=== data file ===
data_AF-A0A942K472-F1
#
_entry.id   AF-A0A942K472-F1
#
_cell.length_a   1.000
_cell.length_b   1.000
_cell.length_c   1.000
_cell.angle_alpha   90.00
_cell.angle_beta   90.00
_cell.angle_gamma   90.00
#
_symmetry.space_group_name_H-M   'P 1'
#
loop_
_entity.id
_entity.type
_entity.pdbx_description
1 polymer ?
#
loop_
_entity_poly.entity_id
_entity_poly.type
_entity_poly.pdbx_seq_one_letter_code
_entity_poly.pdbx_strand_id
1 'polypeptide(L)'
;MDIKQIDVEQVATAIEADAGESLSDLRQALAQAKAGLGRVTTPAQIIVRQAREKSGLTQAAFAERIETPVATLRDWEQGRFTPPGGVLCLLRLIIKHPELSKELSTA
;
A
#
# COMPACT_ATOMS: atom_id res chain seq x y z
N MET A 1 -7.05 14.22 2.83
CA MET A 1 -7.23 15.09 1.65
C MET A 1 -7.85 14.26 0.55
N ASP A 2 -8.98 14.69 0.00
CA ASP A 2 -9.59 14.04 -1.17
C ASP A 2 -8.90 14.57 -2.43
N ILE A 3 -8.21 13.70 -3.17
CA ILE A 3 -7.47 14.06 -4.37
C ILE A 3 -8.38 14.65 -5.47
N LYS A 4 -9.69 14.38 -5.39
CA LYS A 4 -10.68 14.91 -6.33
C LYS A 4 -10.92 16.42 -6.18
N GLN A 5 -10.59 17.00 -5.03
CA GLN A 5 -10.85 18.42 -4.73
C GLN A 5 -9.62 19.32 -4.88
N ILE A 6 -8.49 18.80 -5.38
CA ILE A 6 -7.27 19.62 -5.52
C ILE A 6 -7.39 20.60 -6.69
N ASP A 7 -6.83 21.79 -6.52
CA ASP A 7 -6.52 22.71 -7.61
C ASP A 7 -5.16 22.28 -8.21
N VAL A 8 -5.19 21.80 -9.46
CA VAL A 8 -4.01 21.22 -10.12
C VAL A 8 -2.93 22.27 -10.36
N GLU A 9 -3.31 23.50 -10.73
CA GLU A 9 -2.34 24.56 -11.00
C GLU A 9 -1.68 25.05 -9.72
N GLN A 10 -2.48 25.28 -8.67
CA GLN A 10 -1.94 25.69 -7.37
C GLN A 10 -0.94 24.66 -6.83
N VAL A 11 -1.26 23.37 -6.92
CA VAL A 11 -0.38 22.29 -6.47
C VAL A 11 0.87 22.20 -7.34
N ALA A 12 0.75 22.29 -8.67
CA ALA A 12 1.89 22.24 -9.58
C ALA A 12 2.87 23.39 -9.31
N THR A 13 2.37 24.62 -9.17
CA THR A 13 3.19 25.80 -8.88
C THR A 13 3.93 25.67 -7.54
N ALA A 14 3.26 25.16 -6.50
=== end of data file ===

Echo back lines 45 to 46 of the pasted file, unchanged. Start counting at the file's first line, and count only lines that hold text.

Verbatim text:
C GLN A 5 -9.62 19.32 -4.88
N ILE A 6 -8.49 18.80 -5.38